Sunday, April 21, 2013

Tom Lehrer

No prophet is accepted in his own country, it's said -- and yet oddly enough, nearly fifty years ago there once was a man by the name of Tom Lehrer -- erstwhile Harvard mathematics professor, wry songster, and television parodist -- who managed to make music out of some of the most irksome and intractable issues of his day. Racism, pollution, Jim Crow, pornography, the nuclear arms race, the Second Vatican Council, and even World War III were all fodder for his astonishing show tunes, and there often seemed to be scarcely any line of propriety he wouldn't cross. And yet, since he sung every one with such verve, he managed to make nearly everyone laugh at their own folly, rather than throw rotten vegetables at the stage. By the late 1960's, his songs were the stuff of legend, exchanged by high school and college students like a sort of secret code: do you know "The Vatican Rag"? "Poisoning Pigeons in the Park?" "Smut?" At my high school, all the cool kids (that is, all the geeks, since I went to an alternative hippie Quaker school) had at least one of his songs memorized.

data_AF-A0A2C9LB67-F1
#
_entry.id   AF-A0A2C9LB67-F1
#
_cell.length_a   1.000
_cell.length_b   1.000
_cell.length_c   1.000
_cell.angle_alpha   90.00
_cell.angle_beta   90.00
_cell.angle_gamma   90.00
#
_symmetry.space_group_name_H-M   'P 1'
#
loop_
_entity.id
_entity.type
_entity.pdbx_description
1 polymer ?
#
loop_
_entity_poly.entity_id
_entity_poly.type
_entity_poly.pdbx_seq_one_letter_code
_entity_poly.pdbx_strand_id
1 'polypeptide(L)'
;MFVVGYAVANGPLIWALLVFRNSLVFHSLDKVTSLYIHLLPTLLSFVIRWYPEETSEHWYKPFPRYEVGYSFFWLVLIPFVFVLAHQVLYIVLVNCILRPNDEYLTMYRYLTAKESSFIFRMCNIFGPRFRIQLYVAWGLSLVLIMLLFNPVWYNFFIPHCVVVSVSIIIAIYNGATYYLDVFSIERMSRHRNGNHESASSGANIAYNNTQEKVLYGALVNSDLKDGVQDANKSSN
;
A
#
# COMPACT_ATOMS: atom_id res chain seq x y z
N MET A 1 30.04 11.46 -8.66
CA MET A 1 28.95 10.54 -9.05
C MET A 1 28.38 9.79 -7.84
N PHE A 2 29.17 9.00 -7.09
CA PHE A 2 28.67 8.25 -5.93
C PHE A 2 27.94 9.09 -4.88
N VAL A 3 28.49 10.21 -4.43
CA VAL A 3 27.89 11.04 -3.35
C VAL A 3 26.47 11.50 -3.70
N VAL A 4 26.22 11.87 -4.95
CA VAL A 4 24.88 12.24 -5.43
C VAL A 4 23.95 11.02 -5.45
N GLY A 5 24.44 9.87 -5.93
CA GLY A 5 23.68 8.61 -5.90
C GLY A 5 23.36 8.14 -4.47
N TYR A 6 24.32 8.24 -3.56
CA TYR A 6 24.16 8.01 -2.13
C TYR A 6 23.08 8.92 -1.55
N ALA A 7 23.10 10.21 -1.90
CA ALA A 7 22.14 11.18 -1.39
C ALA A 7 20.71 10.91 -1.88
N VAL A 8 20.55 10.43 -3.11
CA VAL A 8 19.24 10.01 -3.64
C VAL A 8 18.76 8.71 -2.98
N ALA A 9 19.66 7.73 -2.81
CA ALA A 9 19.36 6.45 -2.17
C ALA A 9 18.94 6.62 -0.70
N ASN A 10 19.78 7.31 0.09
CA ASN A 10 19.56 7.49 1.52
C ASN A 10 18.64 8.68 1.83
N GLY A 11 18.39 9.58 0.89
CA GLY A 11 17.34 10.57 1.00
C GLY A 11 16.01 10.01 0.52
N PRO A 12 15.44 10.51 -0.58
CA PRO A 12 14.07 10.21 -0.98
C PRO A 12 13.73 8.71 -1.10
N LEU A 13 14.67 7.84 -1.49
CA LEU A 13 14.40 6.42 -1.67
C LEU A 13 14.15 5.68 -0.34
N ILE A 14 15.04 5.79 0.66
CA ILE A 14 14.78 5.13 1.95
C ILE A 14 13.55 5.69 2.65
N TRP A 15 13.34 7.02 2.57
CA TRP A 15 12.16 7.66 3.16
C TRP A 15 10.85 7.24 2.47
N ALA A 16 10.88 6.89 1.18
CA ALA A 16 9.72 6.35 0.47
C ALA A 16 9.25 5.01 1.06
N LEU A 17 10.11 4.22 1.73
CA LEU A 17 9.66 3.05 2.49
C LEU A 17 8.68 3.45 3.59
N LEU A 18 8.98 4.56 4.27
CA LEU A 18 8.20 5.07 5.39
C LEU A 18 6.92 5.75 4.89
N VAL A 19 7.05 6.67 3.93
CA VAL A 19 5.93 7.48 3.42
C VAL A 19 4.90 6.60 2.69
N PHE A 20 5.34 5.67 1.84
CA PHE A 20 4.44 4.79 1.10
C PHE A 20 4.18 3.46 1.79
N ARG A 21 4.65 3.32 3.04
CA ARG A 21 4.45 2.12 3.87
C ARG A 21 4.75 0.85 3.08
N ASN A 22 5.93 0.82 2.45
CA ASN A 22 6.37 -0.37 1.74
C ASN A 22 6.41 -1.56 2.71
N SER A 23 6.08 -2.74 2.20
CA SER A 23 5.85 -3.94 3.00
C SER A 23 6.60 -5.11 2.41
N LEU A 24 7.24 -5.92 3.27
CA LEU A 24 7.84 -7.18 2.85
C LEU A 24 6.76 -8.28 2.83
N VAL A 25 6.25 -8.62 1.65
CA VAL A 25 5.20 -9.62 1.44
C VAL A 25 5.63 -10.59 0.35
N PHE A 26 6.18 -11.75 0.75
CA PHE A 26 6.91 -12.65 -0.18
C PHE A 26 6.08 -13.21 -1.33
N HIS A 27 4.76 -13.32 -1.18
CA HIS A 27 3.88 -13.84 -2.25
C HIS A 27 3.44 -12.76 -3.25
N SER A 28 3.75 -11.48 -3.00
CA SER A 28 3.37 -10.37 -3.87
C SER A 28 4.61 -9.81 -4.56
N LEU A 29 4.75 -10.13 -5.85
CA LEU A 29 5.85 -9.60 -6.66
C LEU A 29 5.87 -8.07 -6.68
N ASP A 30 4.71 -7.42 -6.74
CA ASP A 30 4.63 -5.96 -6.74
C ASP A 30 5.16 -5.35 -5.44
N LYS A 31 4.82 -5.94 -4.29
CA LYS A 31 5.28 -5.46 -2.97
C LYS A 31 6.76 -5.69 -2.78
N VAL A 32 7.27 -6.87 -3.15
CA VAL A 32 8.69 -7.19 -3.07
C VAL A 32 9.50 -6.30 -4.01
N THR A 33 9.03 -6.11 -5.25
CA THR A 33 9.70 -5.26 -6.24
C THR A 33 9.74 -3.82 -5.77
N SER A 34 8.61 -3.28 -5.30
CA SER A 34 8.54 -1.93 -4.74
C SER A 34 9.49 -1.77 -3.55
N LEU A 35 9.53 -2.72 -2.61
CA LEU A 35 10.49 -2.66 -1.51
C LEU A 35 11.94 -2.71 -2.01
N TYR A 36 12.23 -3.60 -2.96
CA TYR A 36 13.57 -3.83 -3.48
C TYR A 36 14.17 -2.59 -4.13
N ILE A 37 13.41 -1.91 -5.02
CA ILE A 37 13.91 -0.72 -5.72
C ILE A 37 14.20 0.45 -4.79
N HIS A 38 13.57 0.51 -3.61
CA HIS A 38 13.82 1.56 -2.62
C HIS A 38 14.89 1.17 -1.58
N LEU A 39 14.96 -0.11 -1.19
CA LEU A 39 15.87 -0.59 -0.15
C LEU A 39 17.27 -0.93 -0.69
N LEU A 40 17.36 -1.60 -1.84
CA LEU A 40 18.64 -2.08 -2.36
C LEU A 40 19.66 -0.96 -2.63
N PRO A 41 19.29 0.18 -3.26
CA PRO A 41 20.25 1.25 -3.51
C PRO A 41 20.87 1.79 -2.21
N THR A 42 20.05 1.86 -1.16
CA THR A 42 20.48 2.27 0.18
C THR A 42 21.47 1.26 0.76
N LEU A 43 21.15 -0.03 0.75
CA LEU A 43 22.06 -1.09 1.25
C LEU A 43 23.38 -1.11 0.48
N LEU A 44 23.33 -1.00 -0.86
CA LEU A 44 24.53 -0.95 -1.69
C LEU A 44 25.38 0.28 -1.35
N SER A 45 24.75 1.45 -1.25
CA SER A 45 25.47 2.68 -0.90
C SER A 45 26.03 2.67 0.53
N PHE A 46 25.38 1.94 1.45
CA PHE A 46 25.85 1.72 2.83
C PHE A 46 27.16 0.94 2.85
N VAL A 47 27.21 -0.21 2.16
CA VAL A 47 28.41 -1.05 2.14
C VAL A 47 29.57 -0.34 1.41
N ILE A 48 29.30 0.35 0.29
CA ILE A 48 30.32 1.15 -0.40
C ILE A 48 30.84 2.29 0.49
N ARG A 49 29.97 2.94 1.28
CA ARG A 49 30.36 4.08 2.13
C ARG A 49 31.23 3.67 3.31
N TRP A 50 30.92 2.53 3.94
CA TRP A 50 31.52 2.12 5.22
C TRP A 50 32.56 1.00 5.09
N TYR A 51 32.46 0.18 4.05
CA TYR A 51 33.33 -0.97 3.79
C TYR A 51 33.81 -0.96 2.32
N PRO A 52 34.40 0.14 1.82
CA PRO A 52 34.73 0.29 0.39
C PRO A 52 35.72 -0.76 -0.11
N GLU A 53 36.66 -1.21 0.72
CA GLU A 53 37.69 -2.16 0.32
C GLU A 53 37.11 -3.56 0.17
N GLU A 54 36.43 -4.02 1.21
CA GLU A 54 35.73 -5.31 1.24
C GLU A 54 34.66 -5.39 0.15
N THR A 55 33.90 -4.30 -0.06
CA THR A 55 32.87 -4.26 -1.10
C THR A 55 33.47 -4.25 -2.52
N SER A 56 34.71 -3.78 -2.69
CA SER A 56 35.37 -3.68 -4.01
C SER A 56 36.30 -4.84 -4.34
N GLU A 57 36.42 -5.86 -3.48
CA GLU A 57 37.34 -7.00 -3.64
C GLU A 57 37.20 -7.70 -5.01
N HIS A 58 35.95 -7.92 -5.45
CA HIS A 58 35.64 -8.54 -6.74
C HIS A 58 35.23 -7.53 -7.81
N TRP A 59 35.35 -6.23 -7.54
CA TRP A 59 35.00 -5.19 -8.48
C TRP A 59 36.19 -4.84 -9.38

It was amazing to me and my friends in the late '70's and early '80's to think that many of these songs were first heard on network television in 1964 and 1965 on a program called That Was the Week that Was. You'll have to remember, this was a long, long, long time before Stephen Colbert.

Lehrer retired from comic songstering for more than 25 years, re-emerging briefly at a concert in 1998, where he was introduced by his old friend Stephen Sondheim, and performed a lovely redux of his famous anthem Poisoning Pigeons in the Park.

Since then, he seems to have re-retired, though I have it on good authority that he still lives in -- or at least is occasionally seen near -- Cambridge, Massachusetts. Asked in an interview some years ago why he wasn't writing songs satirizing our present moment, he observed that these days,  "everything is so weird in politics that it's very hard to be funny about it." True enough.

1 comment:

  1. I grew up with two 10-inch LPs of his songs and for a while could recite all the lyrics pretty much by heart. A scintillating lyricist and apparently effortless musician.